By Madeline Makoul
The Chicago Plan Commission recently approved the next phase of the ongoing Roosevelt Square development, a mixed-income project underway since 2003, with new affordable housing, including units for former Chicago Housing Authority tenants, planned.
Related Midwest, the development company handling the ongoing project, presented its latest proposal to the commission. Michael Kaplan, senior associate in development at Related Midwest, said the latest phase, referred to as phase three, will include three new midrise buildings and work on the National Public Housing Museum.
Workers are building Roosevelt Square on the Chicago Housing Authority’s (CHA) former ABLA—Addams, Brooks, Loomis, Abbott—homes site and will construct 222 units with both market-rate and affordable housing options, Kaplan explained.
According to Kaplan, a midrise building at Taylor and Racine will hold 67 units, 50 of which will be market rate while 17 are affordable. The other buildings will provide a “more traditional” mixed-income ratio with around one-third market rate and two-thirds affordable housing. Plans include a grocery store and other retail space.
The overall project will consist of 125 affordable and 97 market rate units.
“There are two tiers of affordable, Kaplan explained. “There’s replacement public housing, so that is directly intended to serve families that lived in the old buildings that were here or families on CHA’s waitlist, and then there’s workforce level housing. The CHA has rents that are tailored to the resident’s income and more like subsidized housing. The intent is to provide a broader spectrum of who can live in these buildings.”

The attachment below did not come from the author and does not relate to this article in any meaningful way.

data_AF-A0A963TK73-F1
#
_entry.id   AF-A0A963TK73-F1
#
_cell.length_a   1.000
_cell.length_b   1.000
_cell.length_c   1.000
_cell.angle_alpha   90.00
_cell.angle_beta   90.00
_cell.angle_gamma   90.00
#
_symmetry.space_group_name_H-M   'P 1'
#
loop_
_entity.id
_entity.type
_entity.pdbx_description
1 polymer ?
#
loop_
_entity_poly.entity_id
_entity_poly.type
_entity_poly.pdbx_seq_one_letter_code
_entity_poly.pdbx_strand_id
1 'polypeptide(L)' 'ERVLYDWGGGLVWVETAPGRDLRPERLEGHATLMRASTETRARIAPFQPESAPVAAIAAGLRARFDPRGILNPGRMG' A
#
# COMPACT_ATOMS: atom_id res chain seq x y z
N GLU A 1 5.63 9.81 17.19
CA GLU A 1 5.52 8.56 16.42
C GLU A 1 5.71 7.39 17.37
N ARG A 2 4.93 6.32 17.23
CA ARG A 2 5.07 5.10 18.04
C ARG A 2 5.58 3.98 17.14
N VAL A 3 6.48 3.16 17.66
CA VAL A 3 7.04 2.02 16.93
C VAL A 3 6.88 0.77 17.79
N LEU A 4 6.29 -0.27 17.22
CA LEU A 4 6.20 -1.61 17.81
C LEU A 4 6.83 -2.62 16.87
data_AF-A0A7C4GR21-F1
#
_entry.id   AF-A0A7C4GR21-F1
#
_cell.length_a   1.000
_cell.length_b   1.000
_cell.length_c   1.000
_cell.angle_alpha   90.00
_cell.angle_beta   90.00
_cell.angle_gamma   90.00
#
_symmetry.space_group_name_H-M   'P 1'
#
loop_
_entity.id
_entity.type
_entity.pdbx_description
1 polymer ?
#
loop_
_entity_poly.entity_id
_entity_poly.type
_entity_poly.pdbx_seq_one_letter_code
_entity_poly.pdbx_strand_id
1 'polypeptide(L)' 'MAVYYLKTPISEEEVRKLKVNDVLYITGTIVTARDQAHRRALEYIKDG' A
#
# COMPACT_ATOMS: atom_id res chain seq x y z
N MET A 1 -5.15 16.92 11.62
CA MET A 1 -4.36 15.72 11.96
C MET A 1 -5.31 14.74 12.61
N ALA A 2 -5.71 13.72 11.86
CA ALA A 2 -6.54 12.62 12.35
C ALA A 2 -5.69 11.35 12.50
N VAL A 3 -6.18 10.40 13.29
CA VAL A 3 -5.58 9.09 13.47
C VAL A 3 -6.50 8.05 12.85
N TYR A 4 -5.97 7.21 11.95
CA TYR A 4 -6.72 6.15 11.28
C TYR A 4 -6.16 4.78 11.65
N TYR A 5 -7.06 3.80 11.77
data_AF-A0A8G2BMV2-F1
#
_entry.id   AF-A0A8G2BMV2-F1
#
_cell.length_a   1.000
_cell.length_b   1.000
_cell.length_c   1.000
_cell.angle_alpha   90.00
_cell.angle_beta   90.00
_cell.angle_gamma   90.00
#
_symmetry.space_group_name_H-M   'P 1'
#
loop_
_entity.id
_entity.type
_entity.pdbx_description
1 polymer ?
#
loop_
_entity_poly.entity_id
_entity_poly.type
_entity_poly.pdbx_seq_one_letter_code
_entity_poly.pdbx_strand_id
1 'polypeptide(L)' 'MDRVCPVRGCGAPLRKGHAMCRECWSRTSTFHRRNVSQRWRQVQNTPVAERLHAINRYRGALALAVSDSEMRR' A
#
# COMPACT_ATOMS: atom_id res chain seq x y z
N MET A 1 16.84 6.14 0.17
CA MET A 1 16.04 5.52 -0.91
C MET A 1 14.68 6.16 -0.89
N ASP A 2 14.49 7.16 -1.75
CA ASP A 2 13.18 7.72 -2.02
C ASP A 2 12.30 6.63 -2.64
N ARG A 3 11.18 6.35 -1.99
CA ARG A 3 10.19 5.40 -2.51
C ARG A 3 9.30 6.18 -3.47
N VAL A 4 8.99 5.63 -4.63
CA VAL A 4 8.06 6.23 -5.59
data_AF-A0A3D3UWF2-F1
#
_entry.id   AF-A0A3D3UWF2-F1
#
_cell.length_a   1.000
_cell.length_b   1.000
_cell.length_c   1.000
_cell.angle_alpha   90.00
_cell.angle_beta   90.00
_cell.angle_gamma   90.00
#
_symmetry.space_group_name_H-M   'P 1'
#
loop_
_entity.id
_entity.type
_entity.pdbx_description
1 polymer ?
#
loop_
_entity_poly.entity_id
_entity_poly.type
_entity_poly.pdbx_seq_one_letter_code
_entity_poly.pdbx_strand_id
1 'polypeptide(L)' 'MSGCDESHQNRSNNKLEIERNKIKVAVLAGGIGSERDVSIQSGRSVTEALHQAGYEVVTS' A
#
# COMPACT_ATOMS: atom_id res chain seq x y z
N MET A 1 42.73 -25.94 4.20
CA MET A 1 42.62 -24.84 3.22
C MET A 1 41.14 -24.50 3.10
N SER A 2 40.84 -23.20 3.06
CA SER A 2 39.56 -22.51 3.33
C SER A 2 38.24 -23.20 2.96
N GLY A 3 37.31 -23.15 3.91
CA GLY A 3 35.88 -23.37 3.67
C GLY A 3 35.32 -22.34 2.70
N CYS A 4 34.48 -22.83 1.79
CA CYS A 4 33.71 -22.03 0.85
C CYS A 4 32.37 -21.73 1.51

With the long awaited development moving into phase three, the plan commission focused keenly on affordable housing and how to fund it properly.
“We wanted to make sure that the projects are more affordable and lower AMI [average median income], and we saw that it’s important that money is invested, like with TIFs, to ensure that we have affordable public housing,” Byron Sigcho-Lopez, 25th Ward Alderman and part of the Chicago Plan Commission Committee, explained. “It’s not only important to invest in housing, but have an adequate use of TIF funding that unfortunately, in the past, has gone to luxury housing.”
A decade-old promise
The broader Roosevelt Square development project encompasses many phases, but only now, with the latest phase, will it finally replace previously torn down housing.